Four generations later, my child self who knew nothing of her history had strange poignant dreams full of green grass and rain.

Bouncing towards Brasov: Chisinau – Brasov by bus

It’s an uninspiring blog title for an uninspiring, slightly weird, but mostly painless bus trip between two uninspiring countries, Moldova and Romania.

The Chisinau youth hostel arranges a taxi for me to the South Bus Station for 30 Moldovan lei.  (about $3) (And they look a little offended when I express a touch of anxiety about the possibility of being ripped off by the cab driver.  To be fair, the driver turns out to be honest).

The cab drives me south of town and drops me off at what looks like a bunch of shacks.   I wander around a bit while some men leer and hiss at me.  (This is how men try to attract women in this part of the world, and it’s more than a little creepy.)  Ignoring them, I go inside a round building and try to find the ticket counter.  Ticket weirdness ensues:

The only counter open is labeled domestic tickets only.  I go to ask the woman there where I can buy a ticket to Romania, she speaks no English but a bit of befuddled Russian.   She sells me a ticket to Brasov for 190 lei (about $17), but the ticket doesn’t look like a ticket – it looks like a tiny cash register receipt.   The kind you’d get if you stopped at a gas station mini mart and bought a soda.  Nevertheless, she claims it is my ticket, and doubtfully I take it and go search for the bus platform, which she told me was 2.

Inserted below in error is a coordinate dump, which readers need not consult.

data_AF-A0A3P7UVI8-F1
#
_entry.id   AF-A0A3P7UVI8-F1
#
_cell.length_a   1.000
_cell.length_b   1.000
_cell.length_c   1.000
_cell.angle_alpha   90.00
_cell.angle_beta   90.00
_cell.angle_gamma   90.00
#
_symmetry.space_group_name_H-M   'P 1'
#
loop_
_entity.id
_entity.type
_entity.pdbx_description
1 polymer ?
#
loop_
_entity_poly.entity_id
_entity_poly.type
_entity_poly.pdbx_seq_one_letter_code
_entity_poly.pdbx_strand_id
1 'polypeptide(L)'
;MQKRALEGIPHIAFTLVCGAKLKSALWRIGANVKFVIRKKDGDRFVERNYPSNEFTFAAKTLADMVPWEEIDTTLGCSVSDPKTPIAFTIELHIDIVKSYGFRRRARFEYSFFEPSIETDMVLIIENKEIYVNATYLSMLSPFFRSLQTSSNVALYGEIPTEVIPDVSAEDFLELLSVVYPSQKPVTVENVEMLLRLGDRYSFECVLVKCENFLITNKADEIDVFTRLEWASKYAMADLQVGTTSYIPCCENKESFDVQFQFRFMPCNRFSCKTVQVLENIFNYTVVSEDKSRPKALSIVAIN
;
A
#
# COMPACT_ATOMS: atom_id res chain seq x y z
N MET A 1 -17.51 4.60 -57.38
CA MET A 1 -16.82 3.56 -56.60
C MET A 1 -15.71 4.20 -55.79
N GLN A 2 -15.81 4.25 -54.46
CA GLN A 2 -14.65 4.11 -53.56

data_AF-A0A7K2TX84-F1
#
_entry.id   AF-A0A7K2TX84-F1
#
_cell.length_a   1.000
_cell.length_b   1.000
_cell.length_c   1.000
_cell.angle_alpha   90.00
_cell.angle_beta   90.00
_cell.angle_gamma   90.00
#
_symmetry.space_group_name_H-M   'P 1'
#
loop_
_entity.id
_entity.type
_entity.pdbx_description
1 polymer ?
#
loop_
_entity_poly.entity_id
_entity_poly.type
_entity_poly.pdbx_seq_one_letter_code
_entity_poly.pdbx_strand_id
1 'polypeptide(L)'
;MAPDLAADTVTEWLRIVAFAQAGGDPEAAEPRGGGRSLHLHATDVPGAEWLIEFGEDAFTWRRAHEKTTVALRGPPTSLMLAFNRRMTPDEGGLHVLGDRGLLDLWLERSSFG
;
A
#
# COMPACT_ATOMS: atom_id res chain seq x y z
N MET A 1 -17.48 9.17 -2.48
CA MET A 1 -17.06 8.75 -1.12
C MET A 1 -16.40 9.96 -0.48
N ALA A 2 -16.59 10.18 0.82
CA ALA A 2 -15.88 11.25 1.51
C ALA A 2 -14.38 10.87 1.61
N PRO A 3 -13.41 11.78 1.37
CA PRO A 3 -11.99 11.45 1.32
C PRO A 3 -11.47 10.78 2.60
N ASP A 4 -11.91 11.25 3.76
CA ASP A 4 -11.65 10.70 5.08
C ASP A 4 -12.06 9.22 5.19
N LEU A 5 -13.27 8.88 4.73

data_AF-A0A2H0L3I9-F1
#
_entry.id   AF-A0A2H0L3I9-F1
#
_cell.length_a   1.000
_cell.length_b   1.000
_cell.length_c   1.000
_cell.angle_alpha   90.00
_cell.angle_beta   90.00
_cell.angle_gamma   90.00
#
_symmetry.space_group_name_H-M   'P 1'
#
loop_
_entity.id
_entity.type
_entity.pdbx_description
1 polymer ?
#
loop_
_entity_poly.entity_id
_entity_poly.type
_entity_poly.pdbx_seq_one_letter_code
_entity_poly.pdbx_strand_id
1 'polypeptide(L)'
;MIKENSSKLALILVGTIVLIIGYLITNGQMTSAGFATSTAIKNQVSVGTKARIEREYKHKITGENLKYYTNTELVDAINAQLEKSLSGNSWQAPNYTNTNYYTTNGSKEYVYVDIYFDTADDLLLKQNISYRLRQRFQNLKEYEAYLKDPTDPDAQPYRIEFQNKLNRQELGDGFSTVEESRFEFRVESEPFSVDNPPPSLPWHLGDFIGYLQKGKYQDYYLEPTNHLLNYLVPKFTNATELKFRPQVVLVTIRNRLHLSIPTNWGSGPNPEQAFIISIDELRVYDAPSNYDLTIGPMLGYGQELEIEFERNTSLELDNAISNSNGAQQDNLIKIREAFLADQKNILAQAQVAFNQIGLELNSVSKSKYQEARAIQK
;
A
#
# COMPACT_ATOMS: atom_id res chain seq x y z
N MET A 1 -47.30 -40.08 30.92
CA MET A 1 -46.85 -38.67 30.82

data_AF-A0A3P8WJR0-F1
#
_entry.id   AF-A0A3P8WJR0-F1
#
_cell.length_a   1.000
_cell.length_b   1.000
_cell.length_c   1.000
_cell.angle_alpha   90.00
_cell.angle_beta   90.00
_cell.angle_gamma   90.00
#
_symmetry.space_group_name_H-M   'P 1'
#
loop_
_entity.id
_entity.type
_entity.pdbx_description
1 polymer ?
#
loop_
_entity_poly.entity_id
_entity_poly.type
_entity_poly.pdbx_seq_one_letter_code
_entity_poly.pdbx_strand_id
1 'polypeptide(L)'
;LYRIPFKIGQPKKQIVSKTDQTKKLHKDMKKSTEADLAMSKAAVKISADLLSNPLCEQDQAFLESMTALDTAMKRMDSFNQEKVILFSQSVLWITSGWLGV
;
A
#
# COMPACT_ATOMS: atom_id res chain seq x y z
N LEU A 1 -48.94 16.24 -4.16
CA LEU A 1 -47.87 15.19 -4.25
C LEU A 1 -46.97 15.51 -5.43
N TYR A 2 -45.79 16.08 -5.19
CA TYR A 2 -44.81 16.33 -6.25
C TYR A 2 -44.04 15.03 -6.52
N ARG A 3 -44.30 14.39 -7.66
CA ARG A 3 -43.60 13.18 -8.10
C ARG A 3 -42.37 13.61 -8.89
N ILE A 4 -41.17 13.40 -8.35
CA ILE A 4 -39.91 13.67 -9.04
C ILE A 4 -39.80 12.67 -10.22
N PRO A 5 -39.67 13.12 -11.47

Not that bad

Not that bad

No bus is at platform 2 and it looks utterly abandoned.  I wonder whether to sit and wait and hope the bus shows up in half an hour, or go look around the other platforms.  I am dragging all of my stuff with me and I have to pass by these creepy hissing men again to look at the other platforms, but I do it anyway.  It’s a good thing too because I find the bus I am looking for at platform 13.  I am relieved to see it is a full sized bus, very old but reasonably comfortable looking.  Also, it has a little shrine in one corner.

Bus superstition

Should I be worried or reassured by the religious icons?

Now more ticket weirdness:  some guy I think is the driver looks at my ticket, shows me my seat, which is 2, and puts my bag in the under-bus luggage rack.  I get my stuff settled and he comes back and wants to take my ticket, so I give it to him.  Maybe 10 other people are around, loading their luggage or smoking.  He collects all the tickets and disappears.  Ten minutes or so later he comes back and returns our tickets, which have a little tear in the middle now.